A Corbin attorney and business owner with investments in the nursing home, banking, broadcast and print media industries will be honored as the 2004 Entrepreneur of the Year Nov. 18 at the annual Industrial Appreciation Banquet.
Terry Forcht, president and CEO of First Corbin Financial Corporation, said he’s grateful to those who unanimously selected him for this year’s award. Members of the Corbin Tourism Commission and the Greater Corbin Chamber of Commerce select the recipient of the Entrepreneur of the Year honor.
“I’ve really tried to avoid publicity of that nature, but when this opportunity came by, I just felt like it was time to make ourselves known a little bit,” Forcht said.
The banquet, which will be held at the Corbin Civic Center at 5:00 p.m., is an annual event designed to honor local business and business leaders in Corbin and the surrounding communities.
Corbin Director of Economic Development Bob Terrell said Forcht has been one of the area’s most important employers and has made significant contributions to the community.
“Terry is just a great blessing to our area,” he said. “He has made a remarkable impact not only in the Corbin area, but across our state and nation. I sincerely believe he is most deserving of this recognition.”
At the age of 26, with a law degree from the University of Louisville, Forcht said he started his career as a professor in the Department of Economics at Cumberland College in 1964. After two years of full-time teaching, he began to practice law in Williamsburg and, later, Corbin. He also has a Bachelor of Science in Commerce from UofL and a M.B.A in Finance from the University of Miami (Fla.).
Forcht made investments in rental property and mineral land before migrating to the nursing home business with the late Dr. Harold Barton, a local surgeon.
“It was a time when the government was encouraging the expansion of nursing homes,” Forcht said. “They aren’t now. It’s almost impossible to get a certificate of need.”
Forcht and Barton constructed Hillcrest Nursing Home, then started homes in Hazard and Williamsburg before Barton died. Forcht continued acquiring and building homes with Barton’s widow, Nelda Barton-Collings. He currently owns eight nursing homes in Kentucky.
During the 1980s, Forcht was appointed to the Board of Directors of Corbin Deposit Bank. The struggling bank was purchased, and Forcht left to seek a charter for Tri-County National Bank shortly thereafter. It was the first of nine banks he would charter in Kentucky, including banks in London, Somerset, Whitley City, Barbourville, Louisville and Boone County.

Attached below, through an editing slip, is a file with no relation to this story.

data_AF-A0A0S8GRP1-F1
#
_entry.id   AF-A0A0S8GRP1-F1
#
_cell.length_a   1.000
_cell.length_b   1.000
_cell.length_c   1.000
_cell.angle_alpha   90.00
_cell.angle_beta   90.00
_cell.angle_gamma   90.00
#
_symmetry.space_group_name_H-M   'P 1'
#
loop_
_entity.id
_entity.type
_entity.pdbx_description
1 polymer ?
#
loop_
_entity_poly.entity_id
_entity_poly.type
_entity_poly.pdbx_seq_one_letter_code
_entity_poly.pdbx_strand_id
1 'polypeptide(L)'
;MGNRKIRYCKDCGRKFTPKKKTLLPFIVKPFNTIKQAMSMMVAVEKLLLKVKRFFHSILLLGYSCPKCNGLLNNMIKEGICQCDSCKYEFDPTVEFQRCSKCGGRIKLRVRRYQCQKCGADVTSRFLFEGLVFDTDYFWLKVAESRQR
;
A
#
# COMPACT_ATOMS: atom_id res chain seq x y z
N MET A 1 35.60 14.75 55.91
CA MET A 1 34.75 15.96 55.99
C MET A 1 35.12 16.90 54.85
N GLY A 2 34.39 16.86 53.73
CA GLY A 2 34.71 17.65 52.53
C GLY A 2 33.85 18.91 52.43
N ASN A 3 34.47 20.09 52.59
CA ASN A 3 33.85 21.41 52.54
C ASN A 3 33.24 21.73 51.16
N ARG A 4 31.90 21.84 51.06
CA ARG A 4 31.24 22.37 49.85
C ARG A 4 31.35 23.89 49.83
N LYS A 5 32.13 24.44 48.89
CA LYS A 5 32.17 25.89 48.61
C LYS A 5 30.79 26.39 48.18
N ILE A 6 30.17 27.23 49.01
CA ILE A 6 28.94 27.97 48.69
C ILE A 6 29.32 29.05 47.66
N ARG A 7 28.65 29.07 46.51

Forcht also owns the News Journal newspaper group and a radio broadcast group. His businesses employ about 1,700 full-time employees in three states: Kentucky, Indiana and Illinois.
Regardless of where his ventures take him, Forcht said he has a strong attachment to where it all began.
“I think the local area is very strong. It’s a climate that allows people that want to start a business to do it. This is where our roots are,” Forcht said. “In Corbin, they are always wanting to help you get things going. The community itself just has a lot of assets: the interstate highway system, the school system and the church system.”
He and his wife still reside in the Corbin home they bought in 1968.
At 66-years-of-age, Forcht said he never plans to retire and never plans to draw a dime of Social Security. The “easy life,” he says, has no appeal when compared to the exciting world of business and finance.
“I’m just going to keep on working. It’s much easier for me to get up and go everyday because that’s excitement,” he said. “If you have retirement or you are counting on some sort of retirement income, then I think you must have something else that you want to do. I personally just want to work. I get a lot of satisfaction trying to work things out. Retirement would be very dull.”
Forcht said succeeding in business requires a dedication to a “long-term view” and good judgment. He encourages young people aspiring to be entrepreneurs to take it slow – get rich quick ideas seldom pan out.
“Take your time and don’t make mistakes. Try to get an education and try to get your foundations going,” he said. “A lot of people probably think life is over at 25, 30 or 40, but really in business, or to build up anything, it takes a period of time and it takes good judgment and hard work. You have to build your base, build yourself and get some good values.”
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